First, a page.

Long-Term Birth Control
If you are not planning on having children for several years, different forms of long-term birth control can eliminate the routine associated with birth control pills, rings, or shots. Long-term birth control methods are extremely convenient, safe, and effective.
Implanon is a small, flexible birth control implant that is inserted under the skin of the arm. Implanon is about the size of a matchstick and can be left in place for three years. Most women cannot see the implant after it has been inserted. Implanon contains a hormone called etonogestrel and is more than 99 percent effective in preventing pregnancy. Because Implanon does not contain estrogen, it may be a suitable method of birth control for you if you cannot tolerate or should not use estrogen.
Implanon prevents pregnancy in several ways. The most important way is by preventing the release of an egg from your ovary. Implanon also changes the mucus in your cervix, which may keep sperm from reaching the egg, and changes the lining of your uterus.
Implanon must be removed after three years. If you still desire long-term birth control after that time, your healthcare provider can insert a new implant after taking out the old one.
Implanon can be removed at any time if you decide you no longer wish to use it or want to become pregnant. After removal, your ability to get pregnant may return quickly. If you don’t want to become pregnant, you should start using another method of birth control immediately.
Implanon side effects
Like other forms of hormonal contraception, Implanon is associated with irregular menstrual bleeding. While using Implanon, you have experience more bleeding, less bleeding, or no bleeding. The time in between periods may vary, and you may experience spotting between periods. Other common side effects include headache, weight gain, acne, breast pain, abdominal pain, painful periods, nausea, dizziness, and mood swings.
IUD birth control
The intrauterine device (IUD) is a small T-shaped plastic device inserted into the uterus. Its presence acts to disrupt the balance within the uterus and prevent fertilization. IUDs are approximately 99 percent effective in preventing pregnancy. Depending on the type of IUD, they can be left in place between five to ten years, and require no attention during that time.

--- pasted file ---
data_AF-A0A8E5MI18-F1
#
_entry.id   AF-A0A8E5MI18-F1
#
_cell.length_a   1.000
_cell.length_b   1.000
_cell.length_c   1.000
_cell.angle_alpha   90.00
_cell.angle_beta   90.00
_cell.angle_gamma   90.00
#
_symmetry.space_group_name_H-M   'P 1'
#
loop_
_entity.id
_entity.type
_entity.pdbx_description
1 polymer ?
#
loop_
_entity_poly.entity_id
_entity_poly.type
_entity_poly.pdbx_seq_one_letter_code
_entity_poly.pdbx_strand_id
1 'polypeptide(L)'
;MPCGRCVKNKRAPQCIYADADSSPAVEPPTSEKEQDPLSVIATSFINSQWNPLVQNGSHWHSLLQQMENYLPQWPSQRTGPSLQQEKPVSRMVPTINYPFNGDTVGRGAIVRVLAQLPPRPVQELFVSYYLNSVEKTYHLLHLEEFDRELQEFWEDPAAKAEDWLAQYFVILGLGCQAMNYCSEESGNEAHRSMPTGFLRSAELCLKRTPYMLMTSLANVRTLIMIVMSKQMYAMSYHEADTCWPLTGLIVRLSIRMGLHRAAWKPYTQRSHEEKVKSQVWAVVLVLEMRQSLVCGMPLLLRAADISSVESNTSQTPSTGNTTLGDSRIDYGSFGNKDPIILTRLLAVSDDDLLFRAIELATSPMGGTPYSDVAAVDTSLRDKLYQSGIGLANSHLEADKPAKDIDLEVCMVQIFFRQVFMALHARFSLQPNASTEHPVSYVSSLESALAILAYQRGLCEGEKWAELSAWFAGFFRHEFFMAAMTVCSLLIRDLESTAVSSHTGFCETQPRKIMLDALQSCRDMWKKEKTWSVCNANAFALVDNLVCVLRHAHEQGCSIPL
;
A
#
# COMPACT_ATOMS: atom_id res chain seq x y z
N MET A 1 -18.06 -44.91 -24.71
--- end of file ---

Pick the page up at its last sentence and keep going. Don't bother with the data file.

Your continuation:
The Mirena IUD is a soft plastic device that releases hormones directly into the uterus. When properly placed, Mirena is more than 99 percent effective in preventing pregnancy, and can be left in place for five years. Mirena also provides an immediate return to fertility after removal.
Mirena also decreases or eliminates menstrual flow because it contains the synthetic hormone levonorgestrel. Mirena is also FDA-approved to treat heavy periods in women who desire intrauterine birth control.
Mirena side effects
Some women may experience discomfort during insertion, cramping, missed menstrual periods, changes in bleeding, abdominal pain, ovarian cysts, headache, or changes in mood. Less than five percent of users have experienced slight weight gain, nausea, breast tenderness, decreased sex drive, and skin irritations. Other risks include the device becoming embedded in the uterine wall, perforating the uterine wall, or expulsion (partially or completely falling out on its own).
Mirena may not be right for you if you have or have had pelvic inflammatory disease, liver disease, breast cancer, fibroid tumors, AIDS, or frequent infections.
Some women may prefer to use birth control without hormones, due to hormonal side effects or other medical conditions. ParaGard is a copper IUD that contains no hormones. It works by preventing sperm from reaching the egg, but it does not keep your body from releasing an egg and does not affect your normal menstrual cycle. ParaGard is more than 99 percent effective and can be left in place up to ten years.
ParaGard side effects
Some women experience heavier and longer periods for the first few months after ParaGard placement. These effects are usually temporary. You may also experience spotting between periods. Other risks associated with ParaGard include pelvic inflammatory disease, perforation of the uterus, or expulsion of the IUD.